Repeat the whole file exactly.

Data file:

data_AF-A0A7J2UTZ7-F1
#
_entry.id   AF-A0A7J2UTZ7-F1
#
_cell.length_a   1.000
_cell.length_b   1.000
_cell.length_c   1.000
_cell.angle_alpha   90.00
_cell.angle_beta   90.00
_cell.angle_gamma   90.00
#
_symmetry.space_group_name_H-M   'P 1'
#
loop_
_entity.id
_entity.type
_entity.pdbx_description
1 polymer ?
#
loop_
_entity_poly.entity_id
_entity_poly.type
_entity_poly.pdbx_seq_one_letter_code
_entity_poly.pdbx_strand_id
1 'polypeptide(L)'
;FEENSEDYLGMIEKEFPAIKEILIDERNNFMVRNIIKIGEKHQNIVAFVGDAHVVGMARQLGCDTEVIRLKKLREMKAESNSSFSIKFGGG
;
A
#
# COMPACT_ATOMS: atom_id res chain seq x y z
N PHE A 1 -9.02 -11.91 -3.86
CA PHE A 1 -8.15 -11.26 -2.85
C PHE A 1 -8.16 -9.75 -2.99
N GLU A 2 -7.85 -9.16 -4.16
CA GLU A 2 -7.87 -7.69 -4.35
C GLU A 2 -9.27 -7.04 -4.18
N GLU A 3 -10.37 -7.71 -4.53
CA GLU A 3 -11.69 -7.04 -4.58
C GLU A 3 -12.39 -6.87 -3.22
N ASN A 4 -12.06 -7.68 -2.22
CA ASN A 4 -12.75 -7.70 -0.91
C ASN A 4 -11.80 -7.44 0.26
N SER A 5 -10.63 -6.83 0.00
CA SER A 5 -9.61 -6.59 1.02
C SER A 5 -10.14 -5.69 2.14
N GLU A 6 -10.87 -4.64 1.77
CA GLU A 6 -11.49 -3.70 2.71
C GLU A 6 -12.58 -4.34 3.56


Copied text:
data_AF-A0A7J2UTZ7-F1
#
_entry.id   AF-A0A7J2UTZ7-F1
#
_cell.length_a   1.000
_cell.length_b   1.000
_cell.length_c   1.000
_cell.angle_alpha   90.00
_cell.angle_beta   90.00
_cell.angle_gamma   90.00
#
_symmetry.space_group_name_H-M   'P 1'
#
loop_
_entity.id
_entity.type
_entity.pdbx_description
1 polymer ?
#
loop_
_entity_poly.entity_id
_entity_poly.type
_entity_poly.pdbx_seq_one_letter_code
_entity_poly.pdbx_strand_id
1 'polypeptide(L)'
;FEENSEDYLGMIEKEFPAIKEILIDERNNFMVRNIIKIGEKHQNIVAFVGDAHVVGMARQLGCDTEVIRLKKLREMKAESNSSFSIKFGGG
;
A
#
# COMPACT_ATOMS: atom_id res chain seq x y z
N PHE A 1 -9.02 -11.91 -3.86
CA PHE A 1 -8.15 -11.26 -2.85
C PHE A 1 -8.16 -9.75 -2.99
N GLU A 2 -7.85 -9.16 -4.16
CA GLU A 2 -7.87 -7.69 -4.35
C GLU A 2 -9.27 -7.04 -4.18
N GLU A 3 -10.37 -7.71 -4.53
CA GLU A 3 -11.69 -7.04 -4.58
C GLU A 3 -12.39 -6.87 -3.22
N ASN A 4 -12.06 -7.68 -2.22
CA ASN A 4 -12.75 -7.70 -0.91
C ASN A 4 -11.80 -7.44 0.26
N SER A 5 -10.63 -6.83 0.00
CA SER A 5 -9.61 -6.59 1.02
C SER A 5 -10.14 -5.69 2.14
N GLU A 6 -10.87 -4.64 1.77
CA GLU A 6 -11.49 -3.70 2.71
C GLU A 6 -12.58 -4.34 3.56